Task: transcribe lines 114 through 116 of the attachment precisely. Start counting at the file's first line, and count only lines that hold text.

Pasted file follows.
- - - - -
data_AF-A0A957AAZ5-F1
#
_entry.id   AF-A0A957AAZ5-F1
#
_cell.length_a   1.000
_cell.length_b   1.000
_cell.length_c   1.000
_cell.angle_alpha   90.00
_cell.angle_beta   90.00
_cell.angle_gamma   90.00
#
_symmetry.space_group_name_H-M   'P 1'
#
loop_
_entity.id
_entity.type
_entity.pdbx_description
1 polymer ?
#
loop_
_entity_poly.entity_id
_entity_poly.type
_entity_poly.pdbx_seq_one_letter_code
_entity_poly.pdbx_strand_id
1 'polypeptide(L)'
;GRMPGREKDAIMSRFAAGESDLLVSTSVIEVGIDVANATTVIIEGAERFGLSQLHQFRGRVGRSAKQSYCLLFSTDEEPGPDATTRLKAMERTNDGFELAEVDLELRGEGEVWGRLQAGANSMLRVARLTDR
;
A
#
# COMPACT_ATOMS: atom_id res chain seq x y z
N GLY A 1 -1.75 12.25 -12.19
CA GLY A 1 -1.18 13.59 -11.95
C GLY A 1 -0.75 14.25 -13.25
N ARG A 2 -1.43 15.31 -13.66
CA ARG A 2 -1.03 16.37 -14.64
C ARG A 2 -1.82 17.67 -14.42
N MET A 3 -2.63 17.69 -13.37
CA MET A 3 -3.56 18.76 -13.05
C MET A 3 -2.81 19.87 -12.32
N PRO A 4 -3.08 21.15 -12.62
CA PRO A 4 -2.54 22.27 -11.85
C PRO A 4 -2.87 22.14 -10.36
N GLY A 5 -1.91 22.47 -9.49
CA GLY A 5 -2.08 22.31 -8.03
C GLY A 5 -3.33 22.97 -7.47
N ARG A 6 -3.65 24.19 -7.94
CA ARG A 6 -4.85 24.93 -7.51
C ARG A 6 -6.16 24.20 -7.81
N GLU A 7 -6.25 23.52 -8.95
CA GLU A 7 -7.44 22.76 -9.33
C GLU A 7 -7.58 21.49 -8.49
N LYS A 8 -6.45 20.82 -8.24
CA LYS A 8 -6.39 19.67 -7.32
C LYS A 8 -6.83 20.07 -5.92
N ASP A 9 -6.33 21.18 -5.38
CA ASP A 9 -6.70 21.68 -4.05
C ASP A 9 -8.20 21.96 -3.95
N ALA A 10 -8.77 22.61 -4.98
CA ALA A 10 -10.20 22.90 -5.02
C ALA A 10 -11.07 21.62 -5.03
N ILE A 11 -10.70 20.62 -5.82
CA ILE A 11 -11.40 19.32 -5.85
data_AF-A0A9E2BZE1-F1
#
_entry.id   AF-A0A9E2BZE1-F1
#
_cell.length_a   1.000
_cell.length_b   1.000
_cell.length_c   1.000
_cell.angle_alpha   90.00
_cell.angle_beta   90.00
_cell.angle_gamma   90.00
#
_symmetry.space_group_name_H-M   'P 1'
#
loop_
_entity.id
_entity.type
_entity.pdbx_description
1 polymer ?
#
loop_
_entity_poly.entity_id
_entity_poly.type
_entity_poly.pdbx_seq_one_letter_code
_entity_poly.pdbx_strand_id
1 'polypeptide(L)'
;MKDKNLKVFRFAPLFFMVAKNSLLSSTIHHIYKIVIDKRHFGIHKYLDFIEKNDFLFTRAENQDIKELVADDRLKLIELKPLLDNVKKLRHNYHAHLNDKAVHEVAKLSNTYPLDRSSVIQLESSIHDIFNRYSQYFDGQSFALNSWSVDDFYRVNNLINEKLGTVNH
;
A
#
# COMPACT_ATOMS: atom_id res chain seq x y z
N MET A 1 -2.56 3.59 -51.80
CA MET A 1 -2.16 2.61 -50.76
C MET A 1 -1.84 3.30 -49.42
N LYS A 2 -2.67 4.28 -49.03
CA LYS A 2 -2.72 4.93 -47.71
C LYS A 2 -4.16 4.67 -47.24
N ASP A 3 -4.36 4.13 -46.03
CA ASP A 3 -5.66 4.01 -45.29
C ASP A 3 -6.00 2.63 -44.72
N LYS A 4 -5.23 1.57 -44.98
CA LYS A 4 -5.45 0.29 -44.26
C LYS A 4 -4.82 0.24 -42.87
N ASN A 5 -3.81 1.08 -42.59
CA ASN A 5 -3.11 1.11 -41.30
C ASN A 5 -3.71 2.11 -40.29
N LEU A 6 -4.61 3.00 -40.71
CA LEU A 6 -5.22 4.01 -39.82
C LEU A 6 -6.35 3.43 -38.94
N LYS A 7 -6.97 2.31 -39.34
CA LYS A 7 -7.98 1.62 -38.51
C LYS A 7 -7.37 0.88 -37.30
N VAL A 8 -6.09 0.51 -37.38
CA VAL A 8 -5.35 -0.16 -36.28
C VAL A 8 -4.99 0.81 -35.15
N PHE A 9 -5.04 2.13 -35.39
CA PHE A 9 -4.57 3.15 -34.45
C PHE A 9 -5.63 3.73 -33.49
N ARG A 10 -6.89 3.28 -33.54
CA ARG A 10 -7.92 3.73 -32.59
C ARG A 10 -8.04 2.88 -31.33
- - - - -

N VAL A 8 -6.09 0.51 -37.38
CA VAL A 8 -5.35 -0.16 -36.28
C VAL A 8 -4.99 0.81 -35.15